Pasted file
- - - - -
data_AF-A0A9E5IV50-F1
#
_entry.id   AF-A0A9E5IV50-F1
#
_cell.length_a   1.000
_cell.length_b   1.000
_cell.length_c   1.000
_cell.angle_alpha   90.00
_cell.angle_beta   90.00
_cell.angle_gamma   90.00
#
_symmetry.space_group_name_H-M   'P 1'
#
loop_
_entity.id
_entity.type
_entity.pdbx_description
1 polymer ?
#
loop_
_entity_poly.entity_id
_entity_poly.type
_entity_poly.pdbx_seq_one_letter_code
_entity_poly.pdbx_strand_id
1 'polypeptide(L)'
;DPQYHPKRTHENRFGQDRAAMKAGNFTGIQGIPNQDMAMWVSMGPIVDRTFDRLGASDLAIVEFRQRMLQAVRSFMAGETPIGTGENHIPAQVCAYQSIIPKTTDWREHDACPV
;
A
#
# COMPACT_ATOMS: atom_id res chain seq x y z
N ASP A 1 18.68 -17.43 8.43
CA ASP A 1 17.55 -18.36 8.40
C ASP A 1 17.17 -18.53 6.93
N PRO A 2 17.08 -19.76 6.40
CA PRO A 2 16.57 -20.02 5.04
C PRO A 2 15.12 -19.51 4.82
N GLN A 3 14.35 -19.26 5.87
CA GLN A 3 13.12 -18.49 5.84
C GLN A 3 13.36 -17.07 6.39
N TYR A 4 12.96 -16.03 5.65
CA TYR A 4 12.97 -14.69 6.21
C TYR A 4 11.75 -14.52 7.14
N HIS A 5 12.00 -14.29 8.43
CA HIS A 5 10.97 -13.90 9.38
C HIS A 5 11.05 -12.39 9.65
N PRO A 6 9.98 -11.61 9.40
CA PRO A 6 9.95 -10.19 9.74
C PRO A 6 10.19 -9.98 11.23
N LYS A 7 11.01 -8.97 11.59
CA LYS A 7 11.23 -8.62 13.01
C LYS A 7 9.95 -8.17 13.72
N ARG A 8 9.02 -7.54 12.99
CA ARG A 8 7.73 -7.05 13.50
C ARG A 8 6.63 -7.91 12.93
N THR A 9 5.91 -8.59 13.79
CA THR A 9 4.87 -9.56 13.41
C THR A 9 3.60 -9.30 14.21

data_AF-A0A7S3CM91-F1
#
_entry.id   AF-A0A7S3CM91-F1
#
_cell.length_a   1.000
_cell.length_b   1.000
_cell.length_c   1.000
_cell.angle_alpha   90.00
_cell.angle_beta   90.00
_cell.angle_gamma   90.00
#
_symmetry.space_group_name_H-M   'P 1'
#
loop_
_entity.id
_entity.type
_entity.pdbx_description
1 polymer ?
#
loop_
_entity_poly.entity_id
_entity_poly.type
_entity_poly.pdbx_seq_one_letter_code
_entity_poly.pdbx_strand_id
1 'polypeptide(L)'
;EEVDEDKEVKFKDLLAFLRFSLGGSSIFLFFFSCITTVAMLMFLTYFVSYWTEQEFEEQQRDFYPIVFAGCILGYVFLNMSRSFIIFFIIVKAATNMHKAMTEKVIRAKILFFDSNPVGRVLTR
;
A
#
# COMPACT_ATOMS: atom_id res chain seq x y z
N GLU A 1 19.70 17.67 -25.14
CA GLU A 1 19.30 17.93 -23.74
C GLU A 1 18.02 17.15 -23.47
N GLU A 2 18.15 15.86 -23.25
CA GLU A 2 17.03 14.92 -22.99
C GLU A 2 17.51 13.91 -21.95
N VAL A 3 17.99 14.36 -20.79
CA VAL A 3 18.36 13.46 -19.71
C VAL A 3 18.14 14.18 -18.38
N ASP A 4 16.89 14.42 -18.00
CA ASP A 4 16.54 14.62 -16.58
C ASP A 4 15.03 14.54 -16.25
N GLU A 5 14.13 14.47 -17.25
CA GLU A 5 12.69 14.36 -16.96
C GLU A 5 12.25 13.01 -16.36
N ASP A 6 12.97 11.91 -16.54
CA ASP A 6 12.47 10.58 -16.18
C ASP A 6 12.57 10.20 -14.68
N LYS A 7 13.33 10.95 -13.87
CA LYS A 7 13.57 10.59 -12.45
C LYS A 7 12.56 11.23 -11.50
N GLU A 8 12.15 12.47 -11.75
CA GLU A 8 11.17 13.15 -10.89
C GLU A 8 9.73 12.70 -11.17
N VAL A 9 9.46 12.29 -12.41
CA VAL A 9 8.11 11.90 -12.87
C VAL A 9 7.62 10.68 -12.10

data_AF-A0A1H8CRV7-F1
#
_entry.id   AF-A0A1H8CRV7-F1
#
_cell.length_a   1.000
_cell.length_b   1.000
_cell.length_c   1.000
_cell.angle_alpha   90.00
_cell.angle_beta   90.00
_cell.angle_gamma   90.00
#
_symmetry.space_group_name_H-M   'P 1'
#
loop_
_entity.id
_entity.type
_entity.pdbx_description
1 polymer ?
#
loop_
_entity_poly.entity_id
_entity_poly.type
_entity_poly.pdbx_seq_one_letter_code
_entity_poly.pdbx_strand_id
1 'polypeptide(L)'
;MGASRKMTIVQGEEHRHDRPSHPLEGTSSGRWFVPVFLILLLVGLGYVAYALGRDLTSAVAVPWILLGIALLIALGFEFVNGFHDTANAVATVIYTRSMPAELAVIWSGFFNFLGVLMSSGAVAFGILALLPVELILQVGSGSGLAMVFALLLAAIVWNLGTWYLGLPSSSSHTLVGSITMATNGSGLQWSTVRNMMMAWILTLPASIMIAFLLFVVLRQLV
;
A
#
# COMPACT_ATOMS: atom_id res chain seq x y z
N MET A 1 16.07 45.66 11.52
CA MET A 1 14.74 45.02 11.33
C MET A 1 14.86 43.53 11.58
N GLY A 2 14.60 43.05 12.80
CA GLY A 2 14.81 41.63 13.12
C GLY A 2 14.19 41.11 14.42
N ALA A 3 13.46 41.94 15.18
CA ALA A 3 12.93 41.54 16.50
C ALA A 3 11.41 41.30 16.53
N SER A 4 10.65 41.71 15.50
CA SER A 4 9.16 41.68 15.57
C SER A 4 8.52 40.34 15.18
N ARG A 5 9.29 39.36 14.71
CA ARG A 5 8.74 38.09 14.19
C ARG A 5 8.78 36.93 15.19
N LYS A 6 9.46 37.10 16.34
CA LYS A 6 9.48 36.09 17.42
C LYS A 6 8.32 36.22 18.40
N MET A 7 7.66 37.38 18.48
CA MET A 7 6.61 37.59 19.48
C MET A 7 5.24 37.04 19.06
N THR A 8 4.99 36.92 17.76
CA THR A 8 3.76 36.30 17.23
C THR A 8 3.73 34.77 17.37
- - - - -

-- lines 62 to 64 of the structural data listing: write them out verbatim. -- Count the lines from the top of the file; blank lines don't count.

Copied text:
_cell.length_a   1.000
_cell.length_b   1.000
_cell.length_c   1.000